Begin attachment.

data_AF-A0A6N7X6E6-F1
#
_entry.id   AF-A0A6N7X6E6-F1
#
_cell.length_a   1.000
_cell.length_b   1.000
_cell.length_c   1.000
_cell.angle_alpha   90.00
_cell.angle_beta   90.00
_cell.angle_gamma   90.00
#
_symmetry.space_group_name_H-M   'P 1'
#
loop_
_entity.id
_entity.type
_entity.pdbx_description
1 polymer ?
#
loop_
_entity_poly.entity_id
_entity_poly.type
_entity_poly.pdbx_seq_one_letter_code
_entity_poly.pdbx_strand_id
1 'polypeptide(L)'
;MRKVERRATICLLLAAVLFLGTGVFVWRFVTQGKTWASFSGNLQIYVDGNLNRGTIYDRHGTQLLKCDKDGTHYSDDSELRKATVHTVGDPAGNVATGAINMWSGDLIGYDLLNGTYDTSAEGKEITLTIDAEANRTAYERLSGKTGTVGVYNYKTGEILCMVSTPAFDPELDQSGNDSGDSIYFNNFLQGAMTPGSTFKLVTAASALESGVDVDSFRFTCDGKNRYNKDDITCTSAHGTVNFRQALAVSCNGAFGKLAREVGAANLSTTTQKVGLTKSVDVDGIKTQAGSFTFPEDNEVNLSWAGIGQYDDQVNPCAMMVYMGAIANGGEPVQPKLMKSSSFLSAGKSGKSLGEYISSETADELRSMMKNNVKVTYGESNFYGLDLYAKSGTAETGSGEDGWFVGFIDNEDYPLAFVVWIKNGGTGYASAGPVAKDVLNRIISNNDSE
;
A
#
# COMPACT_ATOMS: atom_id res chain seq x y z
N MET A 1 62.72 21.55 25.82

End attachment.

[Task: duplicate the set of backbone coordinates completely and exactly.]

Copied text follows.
data_AF-A0A6N7X6E6-F1
#
_entry.id   AF-A0A6N7X6E6-F1
#
_cell.length_a   1.000
_cell.length_b   1.000
_cell.length_c   1.000
_cell.angle_alpha   90.00
_cell.angle_beta   90.00
_cell.angle_gamma   90.00
#
_symmetry.space_group_name_H-M   'P 1'
#
loop_
_entity.id
_entity.type
_entity.pdbx_description
1 polymer ?
#
loop_
_entity_poly.entity_id
_entity_poly.type
_entity_poly.pdbx_seq_one_letter_code
_entity_poly.pdbx_strand_id
1 'polypeptide(L)'
;MRKVERRATICLLLAAVLFLGTGVFVWRFVTQGKTWASFSGNLQIYVDGNLNRGTIYDRHGTQLLKCDKDGTHYSDDSELRKATVHTVGDPAGNVATGAINMWSGDLIGYDLLNGTYDTSAEGKEITLTIDAEANRTAYERLSGKTGTVGVYNYKTGEILCMVSTPAFDPELDQSGNDSGDSIYFNNFLQGAMTPGSTFKLVTAASALESGVDVDSFRFTCDGKNRYNKDDITCTSAHGTVNFRQALAVSCNGAFGKLAREVGAANLSTTTQKVGLTKSVDVDGIKTQAGSFTFPEDNEVNLSWAGIGQYDDQVNPCAMMVYMGAIANGGEPVQPKLMKSSSFLSAGKSGKSLGEYISSETADELRSMMKNNVKVTYGESNFYGLDLYAKSGTAETGSGEDGWFVGFIDNEDYPLAFVVWIKNGGTGYASAGPVAKDVLNRIISNNDSE
;
A
#
# COMPACT_ATOMS: atom_id res chain seq x y z
N MET A 1 62.72 21.55 25.82